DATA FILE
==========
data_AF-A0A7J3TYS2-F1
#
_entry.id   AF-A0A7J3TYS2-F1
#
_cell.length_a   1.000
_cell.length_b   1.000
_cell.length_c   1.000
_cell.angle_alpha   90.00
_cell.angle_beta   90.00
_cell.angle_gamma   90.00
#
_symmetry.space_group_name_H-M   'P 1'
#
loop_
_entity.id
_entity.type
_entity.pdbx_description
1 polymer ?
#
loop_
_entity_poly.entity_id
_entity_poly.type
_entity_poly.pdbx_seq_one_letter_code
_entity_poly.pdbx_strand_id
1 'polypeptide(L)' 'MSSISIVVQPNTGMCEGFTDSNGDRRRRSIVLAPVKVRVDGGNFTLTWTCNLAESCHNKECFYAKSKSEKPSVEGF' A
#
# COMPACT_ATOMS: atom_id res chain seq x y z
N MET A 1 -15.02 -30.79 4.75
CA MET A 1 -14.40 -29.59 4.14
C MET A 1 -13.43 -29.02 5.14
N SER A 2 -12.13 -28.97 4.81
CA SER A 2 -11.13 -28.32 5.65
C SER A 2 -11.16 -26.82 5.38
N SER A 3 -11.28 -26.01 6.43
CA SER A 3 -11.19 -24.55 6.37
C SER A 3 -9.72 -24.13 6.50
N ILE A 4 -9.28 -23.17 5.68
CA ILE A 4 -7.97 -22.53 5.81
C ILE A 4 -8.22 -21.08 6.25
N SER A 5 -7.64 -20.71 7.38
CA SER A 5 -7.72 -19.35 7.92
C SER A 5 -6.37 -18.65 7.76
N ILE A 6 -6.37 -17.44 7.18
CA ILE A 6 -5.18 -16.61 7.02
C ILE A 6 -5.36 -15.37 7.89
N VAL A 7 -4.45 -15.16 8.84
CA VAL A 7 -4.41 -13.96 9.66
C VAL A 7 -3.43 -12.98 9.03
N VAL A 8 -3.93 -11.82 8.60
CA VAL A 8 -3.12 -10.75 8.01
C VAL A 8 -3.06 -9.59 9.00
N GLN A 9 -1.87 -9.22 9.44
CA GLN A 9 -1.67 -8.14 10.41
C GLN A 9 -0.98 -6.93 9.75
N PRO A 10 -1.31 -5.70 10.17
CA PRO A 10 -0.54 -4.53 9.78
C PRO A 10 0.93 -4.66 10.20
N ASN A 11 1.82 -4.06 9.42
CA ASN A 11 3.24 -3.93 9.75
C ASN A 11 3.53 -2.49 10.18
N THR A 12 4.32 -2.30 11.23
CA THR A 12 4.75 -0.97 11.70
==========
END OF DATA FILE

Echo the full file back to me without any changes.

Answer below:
data_AF-A0A7J3TYS2-F1
#
_entry.id   AF-A0A7J3TYS2-F1
#
_cell.length_a   1.000
_cell.length_b   1.000
_cell.length_c   1.000
_cell.angle_alpha   90.00
_cell.angle_beta   90.00
_cell.angle_gamma   90.00
#
_symmetry.space_group_name_H-M   'P 1'
#
loop_
_entity.id
_entity.type
_entity.pdbx_description
1 polymer ?
#
loop_
_entity_poly.entity_id
_entity_poly.type
_entity_poly.pdbx_seq_one_letter_code
_entity_poly.pdbx_strand_id
1 'polypeptide(L)' 'MSSISIVVQPNTGMCEGFTDSNGDRRRRSIVLAPVKVRVDGGNFTLTWTCNLAESCHNKECFYAKSKSEKPSVEGF' A
#
# COMPACT_ATOMS: atom_id res chain seq x y z
N MET A 1 -15.02 -30.79 4.75
CA MET A 1 -14.40 -29.59 4.14
C MET A 1 -13.43 -29.02 5.14
N SER A 2 -12.13 -28.97 4.81
CA SER A 2 -11.13 -28.32 5.65
C SER A 2 -11.16 -26.82 5.38
N SER A 3 -11.28 -26.01 6.43
CA SER A 3 -11.19 -24.55 6.37
C SER A 3 -9.72 -24.13 6.50
N ILE A 4 -9.28 -23.17 5.68
CA ILE A 4 -7.97 -22.53 5.81
C ILE A 4 -8.22 -21.08 6.25
N SER A 5 -7.64 -20.71 7.38
CA SER A 5 -7.72 -19.35 7.92
C SER A 5 -6.37 -18.65 7.76
N ILE A 6 -6.37 -17.44 7.18
CA ILE A 6 -5.18 -16.61 7.02
C ILE A 6 -5.36 -15.37 7.89
N VAL A 7 -4.45 -15.16 8.84
CA VAL A 7 -4.41 -13.96 9.66
C VAL A 7 -3.43 -12.98 9.03
N VAL A 8 -3.93 -11.82 8.60
CA VAL A 8 -3.12 -10.75 8.01
C VAL A 8 -3.06 -9.59 9.00
N GLN A 9 -1.87 -9.22 9.44
CA GLN A 9 -1.67 -8.14 10.41
C GLN A 9 -0.98 -6.93 9.75
N PRO A 10 -1.31 -5.70 10.17
CA PRO A 10 -0.54 -4.53 9.78
C PRO A 10 0.93 -4.66 10.20
N ASN A 11 1.82 -4.06 9.42
CA ASN A 11 3.24 -3.93 9.75
C ASN A 11 3.53 -2.49 10.18
N THR A 12 4.32 -2.30 11.23
CA THR A 12 4.75 -0.97 11.70